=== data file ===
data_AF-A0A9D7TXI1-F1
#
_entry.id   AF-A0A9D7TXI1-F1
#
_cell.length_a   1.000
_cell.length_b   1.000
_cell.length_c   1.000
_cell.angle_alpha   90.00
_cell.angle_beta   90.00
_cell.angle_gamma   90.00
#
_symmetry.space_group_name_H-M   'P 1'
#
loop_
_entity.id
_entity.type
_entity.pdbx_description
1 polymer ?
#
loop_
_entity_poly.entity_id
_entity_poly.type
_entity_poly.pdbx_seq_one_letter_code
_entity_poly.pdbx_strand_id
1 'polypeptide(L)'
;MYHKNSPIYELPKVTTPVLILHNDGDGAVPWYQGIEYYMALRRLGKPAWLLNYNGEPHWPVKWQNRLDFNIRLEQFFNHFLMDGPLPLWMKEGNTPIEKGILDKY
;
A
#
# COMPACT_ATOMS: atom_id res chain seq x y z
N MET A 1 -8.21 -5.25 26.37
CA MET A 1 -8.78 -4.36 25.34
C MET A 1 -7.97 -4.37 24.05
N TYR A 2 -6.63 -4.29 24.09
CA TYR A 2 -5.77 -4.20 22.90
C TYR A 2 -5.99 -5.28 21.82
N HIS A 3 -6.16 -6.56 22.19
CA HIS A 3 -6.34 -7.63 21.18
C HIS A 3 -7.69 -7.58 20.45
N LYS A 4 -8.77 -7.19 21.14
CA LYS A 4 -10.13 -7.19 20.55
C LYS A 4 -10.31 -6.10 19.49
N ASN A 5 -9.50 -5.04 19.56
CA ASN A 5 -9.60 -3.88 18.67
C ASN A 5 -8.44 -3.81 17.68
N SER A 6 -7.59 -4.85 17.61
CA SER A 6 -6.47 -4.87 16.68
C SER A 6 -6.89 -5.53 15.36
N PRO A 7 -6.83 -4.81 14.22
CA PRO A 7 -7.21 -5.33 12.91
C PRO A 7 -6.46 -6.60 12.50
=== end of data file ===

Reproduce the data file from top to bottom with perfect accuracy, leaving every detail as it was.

data_AF-A0A9D7TXI1-F1
#
_entry.id   AF-A0A9D7TXI1-F1
#
_cell.length_a   1.000
_cell.length_b   1.000
_cell.length_c   1.000
_cell.angle_alpha   90.00
_cell.angle_beta   90.00
_cell.angle_gamma   90.00
#
_symmetry.space_group_name_H-M   'P 1'
#
loop_
_entity.id
_entity.type
_entity.pdbx_description
1 polymer ?
#
loop_
_entity_poly.entity_id
_entity_poly.type
_entity_poly.pdbx_seq_one_letter_code
_entity_poly.pdbx_strand_id
1 'polypeptide(L)'
;MYHKNSPIYELPKVTTPVLILHNDGDGAVPWYQGIEYYMALRRLGKPAWLLNYNGEPHWPVKWQNRLDFNIRLEQFFNHFLMDGPLPLWMKEGNTPIEKGILDKY
;
A
#
# COMPACT_ATOMS: atom_id res chain seq x y z
N MET A 1 -8.21 -5.25 26.37
CA MET A 1 -8.78 -4.36 25.34
C MET A 1 -7.97 -4.37 24.05
N TYR A 2 -6.63 -4.29 24.09
CA TYR A 2 -5.77 -4.20 22.90
C TYR A 2 -5.99 -5.28 21.82
N HIS A 3 -6.16 -6.56 22.19
CA HIS A 3 -6.34 -7.63 21.18
C HIS A 3 -7.69 -7.58 20.45
N LYS A 4 -8.77 -7.19 21.14
CA LYS A 4 -10.13 -7.19 20.55
C LYS A 4 -10.31 -6.10 19.49
N ASN A 5 -9.50 -5.04 19.56
CA ASN A 5 -9.60 -3.88 18.67
C ASN A 5 -8.44 -3.81 17.68
N SER A 6 -7.59 -4.85 17.61
CA SER A 6 -6.47 -4.87 16.68
C SER A 6 -6.89 -5.53 15.36
N PRO A 7 -6.83 -4.81 14.22
CA PRO A 7 -7.21 -5.33 12.91
C PRO A 7 -6.46 -6.60 12.50